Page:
Dan McTeague Liberal Pickering—Scarborough East, ON

On that point, Mr. O'Connell, I appreciate that. You are in many respects governed by and have worked with credit unions and the banks. They're also being competed with on the credit side by the MasterCards and Visas of this world. They of course have an advantage on the credit side, which you simply do not have on the credit side, and that's the issue of priority routing. In that kind of scenario, given that you are currently governed by banks that may be enticed, induced, interested, or entreated by higher rewards or higher incentives, how do you find you're going to be able to compete when priority routing leaves you literally out of the loop?

10:30 a.m.

President and Chief Executive Officer, Interac Association

Mark O'Connell

With respect to priority routing--does everyone understand priority routing?

Priority routing starts with the financial institution that issues the debit card. If a financial institution chooses to offer two competing networks on the same debit card, the financial institution can either predetermine which network is processed first at the point of sale or they can allow the cardholder to choose the option they prefer. So when a financial institution predetermines that option, that's priority routing. If a merchant, for example, accepts all of the networks that are on that card, the terminal will automatically preselect the predetermined option and process the transaction in that way.

10:30 a.m.

Liberal

Dan McTeague Liberal Pickering—Scarborough East, ON

Mr. O'Connell, I think we understand that. I want to know how Interac is going to respond, how they're going to handle that in the onslaught of competition should it come forward, as you suggest, through non-profit.

10:30 a.m.

President and Chief Executive Officer, Interac Association

Mark O'Connell

I just wanted to make sure that everyone understood it first.

I do have significant concerns with priority routing. It is contrary to my stated strategies and beliefs of consumer choice and of merchant choice. So we are working through those things with the board, but I do have issues with it from a competition standpoint.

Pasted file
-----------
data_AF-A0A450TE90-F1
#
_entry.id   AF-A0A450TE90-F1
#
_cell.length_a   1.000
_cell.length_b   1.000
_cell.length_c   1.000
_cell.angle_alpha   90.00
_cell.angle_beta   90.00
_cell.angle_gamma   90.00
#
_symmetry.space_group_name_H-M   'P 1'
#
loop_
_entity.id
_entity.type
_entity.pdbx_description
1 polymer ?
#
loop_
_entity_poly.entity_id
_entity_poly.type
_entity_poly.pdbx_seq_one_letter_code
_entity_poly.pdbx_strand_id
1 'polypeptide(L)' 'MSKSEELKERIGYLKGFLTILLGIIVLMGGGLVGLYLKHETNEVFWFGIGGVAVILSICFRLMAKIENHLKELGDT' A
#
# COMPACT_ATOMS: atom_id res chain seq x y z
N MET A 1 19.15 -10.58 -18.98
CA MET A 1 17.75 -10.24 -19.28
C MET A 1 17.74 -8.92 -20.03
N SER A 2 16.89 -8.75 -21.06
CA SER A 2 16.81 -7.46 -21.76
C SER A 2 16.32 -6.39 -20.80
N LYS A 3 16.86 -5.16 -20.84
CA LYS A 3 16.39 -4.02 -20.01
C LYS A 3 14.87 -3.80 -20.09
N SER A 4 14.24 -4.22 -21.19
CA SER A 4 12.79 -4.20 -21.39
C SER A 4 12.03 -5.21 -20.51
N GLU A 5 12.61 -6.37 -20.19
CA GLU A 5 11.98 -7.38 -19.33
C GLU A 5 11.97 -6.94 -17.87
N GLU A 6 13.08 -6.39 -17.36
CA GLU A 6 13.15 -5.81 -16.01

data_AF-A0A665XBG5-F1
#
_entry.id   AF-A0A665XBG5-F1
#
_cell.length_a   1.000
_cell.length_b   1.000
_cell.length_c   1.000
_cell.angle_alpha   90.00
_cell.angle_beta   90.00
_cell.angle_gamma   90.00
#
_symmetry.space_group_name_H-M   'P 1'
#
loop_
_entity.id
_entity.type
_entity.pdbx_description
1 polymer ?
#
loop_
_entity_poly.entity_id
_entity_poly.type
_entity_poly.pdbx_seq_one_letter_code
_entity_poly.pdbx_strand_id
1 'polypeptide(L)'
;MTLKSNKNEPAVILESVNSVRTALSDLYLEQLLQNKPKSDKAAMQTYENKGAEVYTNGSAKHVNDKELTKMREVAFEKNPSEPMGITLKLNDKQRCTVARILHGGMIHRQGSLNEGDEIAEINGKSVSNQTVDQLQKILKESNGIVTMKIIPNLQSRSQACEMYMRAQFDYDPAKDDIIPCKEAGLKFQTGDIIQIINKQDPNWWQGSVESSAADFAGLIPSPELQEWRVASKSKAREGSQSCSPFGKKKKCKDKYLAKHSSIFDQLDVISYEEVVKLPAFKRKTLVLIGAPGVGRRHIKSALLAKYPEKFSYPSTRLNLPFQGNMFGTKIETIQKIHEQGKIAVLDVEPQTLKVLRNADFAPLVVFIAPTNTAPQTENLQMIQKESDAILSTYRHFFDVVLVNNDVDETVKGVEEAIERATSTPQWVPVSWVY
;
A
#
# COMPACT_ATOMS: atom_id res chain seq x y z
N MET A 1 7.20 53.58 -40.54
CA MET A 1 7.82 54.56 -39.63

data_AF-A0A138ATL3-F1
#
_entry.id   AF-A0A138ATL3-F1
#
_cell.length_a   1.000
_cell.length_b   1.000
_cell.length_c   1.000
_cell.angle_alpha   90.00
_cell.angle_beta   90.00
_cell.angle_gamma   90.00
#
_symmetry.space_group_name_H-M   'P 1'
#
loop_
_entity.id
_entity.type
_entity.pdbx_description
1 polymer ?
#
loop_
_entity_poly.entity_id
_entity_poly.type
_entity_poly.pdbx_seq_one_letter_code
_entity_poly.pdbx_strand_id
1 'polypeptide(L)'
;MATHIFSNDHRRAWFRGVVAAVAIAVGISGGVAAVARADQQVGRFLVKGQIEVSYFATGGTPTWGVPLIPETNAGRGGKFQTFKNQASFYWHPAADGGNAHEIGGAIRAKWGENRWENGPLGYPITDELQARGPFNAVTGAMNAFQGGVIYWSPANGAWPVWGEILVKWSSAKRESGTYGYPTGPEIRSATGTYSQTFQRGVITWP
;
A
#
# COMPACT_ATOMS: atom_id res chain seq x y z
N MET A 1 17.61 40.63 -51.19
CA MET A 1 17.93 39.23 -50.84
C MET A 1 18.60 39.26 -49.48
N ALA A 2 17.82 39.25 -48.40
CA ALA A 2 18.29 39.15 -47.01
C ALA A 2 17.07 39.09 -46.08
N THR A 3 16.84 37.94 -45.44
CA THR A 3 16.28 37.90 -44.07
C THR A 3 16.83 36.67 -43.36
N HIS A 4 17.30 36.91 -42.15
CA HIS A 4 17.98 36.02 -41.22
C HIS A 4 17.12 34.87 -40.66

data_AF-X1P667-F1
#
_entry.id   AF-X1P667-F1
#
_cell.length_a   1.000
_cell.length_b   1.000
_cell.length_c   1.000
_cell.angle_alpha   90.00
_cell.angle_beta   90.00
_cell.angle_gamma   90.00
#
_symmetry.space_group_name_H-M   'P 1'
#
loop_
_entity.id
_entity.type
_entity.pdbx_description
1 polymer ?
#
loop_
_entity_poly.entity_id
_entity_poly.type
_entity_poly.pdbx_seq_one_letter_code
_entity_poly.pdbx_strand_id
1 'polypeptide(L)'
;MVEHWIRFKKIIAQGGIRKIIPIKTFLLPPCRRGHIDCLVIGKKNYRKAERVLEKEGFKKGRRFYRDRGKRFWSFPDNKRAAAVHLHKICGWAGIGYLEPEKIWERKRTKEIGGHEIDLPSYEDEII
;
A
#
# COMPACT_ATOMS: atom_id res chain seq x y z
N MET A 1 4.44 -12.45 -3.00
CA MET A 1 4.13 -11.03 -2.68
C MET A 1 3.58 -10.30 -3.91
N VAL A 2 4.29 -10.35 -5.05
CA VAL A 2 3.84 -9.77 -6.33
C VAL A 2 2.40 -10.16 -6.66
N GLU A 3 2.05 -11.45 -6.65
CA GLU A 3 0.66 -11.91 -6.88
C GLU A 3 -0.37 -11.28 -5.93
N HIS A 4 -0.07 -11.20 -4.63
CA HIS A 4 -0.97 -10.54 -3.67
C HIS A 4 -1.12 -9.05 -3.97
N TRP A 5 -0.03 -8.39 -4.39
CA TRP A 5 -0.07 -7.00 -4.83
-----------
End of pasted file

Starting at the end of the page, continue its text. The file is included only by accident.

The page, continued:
10:30 a.m.

Liberal

Dan McTeague Liberal Pickering—Scarborough East, ON

So let me ask, if you're looking at certain plans, what will happen to Interac if priority routing becomes commonplace, as some of us here feel perhaps it will?

10:30 a.m.

President and Chief Executive Officer, Interac Association

Mark O'Connell

I think we're certainly going to have to look at our strategies. It would have some detrimental effects on those. We are putting our strategies and our pricing in the hands of merchants and consumer choice. If that choice is not available to them, then we would have to revert back and look at our strategies.

I think it would be very detrimental to Interac's future. I'm the CEO of Interac and the custodian of the brand, and priority routing also causes confusion with respect to the brand. A consumer may think they are doing an Interac transaction when in fact they are using a competing brand, with all of its different terms and services, and so forth. I think the Interac brand is very strong in the Canadian marketplace. I know it is very strong with respect to the merchants. We have a history of partnership and clear and transparent dealings with the merchants. Our strategy is based on merchants being able to choose and or influence the choice of consumers.

10:30 a.m.

Liberal

Dan McTeague Liberal Pickering—Scarborough East, ON

I appreciate that, Mr. O'Connell.

This is my last question to you, and my colleagues will follow up. Do you envision having your own policy or practice of establishing your own priority routing to meet that competition?

10:30 a.m.

President and Chief Executive Officer, Interac Association

Mark O'Connell

We believe in fair competition. We are working through this issue. It's a very complex issue when you're talking about multiple debit networks on the same card. It is an important competitive imperative for us going forward.

10:30 a.m.

Conservative

The Co-Chair Conservative James Rajotte

You've got 30 seconds.

10:30 a.m.

Liberal

Dan McTeague Liberal Pickering—Scarborough East, ON

We've heard from a number of retail groups in particular who have approached the committee members asking that debit fees be mandated as flat. We know that one of the competitors has already proposed to go into the debit system on an ad valorem basis. What's Interac's position on mandating a fee that would be structured in a way where there is no suggestion of ad valorem?